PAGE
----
You will not hear about construction site thefts on the local news. They have become too common place to be news. Construction jobsite theft losses are more than just the costs of losing expensive equipment and materials. Contractors have to pay to replace or rent equipment to finish the job. There’s also the cost of downtime and project overruns if the missing equipment and materials delay a project. Plus, insurance premiums may increase.
1. Analyze Your Job Site’s Security Needs
In an ideal world, planning for job site security happens long before the job starts. Pre-job site analysis for theft and vandalism risks helps you minimize the chance that your site will be a target.
Is the job controversial?
Controversy could require increased security, and budgeting for it now could save you a bundle down the road.
Is there a history of crime in the area?
Talking to neighbors and police about crime in the area gives you more insight into how many layers of security you’ll need. Maybe a fence will be enough. Maybe you’ll need a fence and live monitoring.
Visit the site at night
A quick visit to the site one night after dark can speak volumes about potential vulnerabilities that you’d never see in the day time.
Identify site safety zones based on visibility from the road
While on that night visit you can work to identifying “safety zones” that are highly visible from the road.
2. Check Your Construction Site Security Lighting
Lighting reduces construction site crime because it not only discourages prowlers but offers any neighbors or passers by and your monitoring service to see any suspicious activity.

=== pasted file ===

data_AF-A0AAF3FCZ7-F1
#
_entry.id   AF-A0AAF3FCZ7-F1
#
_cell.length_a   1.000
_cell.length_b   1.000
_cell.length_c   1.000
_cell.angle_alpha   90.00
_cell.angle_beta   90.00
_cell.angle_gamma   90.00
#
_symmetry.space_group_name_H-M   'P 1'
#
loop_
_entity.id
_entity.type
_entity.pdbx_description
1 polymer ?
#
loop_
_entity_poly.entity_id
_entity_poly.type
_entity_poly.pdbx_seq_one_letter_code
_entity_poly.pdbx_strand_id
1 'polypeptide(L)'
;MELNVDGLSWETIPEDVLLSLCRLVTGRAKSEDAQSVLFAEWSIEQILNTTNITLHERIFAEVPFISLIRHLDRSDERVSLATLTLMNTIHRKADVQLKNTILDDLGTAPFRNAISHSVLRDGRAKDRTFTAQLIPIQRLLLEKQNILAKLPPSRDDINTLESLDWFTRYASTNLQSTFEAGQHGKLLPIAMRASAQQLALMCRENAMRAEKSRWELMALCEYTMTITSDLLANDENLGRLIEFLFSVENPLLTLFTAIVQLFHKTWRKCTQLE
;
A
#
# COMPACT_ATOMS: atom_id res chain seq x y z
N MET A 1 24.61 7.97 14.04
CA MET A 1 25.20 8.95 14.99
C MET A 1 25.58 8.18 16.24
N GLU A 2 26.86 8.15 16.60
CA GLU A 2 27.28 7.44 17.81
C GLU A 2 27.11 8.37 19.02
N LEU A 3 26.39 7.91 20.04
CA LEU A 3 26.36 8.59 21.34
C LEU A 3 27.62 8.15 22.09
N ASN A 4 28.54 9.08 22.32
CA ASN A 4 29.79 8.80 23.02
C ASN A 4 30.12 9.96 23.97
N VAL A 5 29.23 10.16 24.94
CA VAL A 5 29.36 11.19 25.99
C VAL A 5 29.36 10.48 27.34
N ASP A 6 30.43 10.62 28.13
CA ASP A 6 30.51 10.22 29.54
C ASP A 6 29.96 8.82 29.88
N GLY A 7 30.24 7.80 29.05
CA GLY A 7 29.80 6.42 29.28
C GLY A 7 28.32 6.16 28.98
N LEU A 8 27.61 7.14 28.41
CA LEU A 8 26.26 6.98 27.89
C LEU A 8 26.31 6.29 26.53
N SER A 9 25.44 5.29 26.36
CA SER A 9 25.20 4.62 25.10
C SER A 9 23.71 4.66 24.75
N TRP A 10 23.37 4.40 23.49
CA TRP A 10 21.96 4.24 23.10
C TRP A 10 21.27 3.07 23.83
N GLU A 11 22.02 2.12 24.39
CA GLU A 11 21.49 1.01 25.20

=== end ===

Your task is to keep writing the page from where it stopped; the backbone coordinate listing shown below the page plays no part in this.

Bright White Light is Best
Bright white light provides good color differentiation making people easier to identify and license plates easier to read. Bright white lights are also more expensive to keep lit. The difference in visibility is worth the money though. As a general rule of thumb observers should be able to easily identify a face at 30 feet.
Protect Your Power Source
Thieves can and will cut power lines. Ideally, power lines stay at a height of 24 feet or higher.
While you could have your lights running all night at the construction site, lights with motion sensors can be an even better way to increase construction site safety and security late at night when no one is on the jobsite. You’ll save money by not having to have the lights on all night, which can make a big difference, especially if you are using the recommended bright white light, and the sudden switching on of the lights when an intruder approaches will often scare that intruder to think there is someone on the property and they have been spotted.
A great idea is to combine motion sensor lights with surveillance cameras around all the entrances to your site as part of your construction site security plan. Make sure you cover any spot where thieves or vandals could potentially enter the site easily without having to climb or cut open a fence. This setup can provide you with round-the-clock security for your construction site.
As soon as a potential intruder comes close enough to your site to be a potential threat to your operation, the lights will come on and they will be captured on the surveillance cameras, so you can take action if they do not leave the premises immediately. Most of the time, you can deter construction site vandalism this way, as potential vandals are likely to seek out an easier target.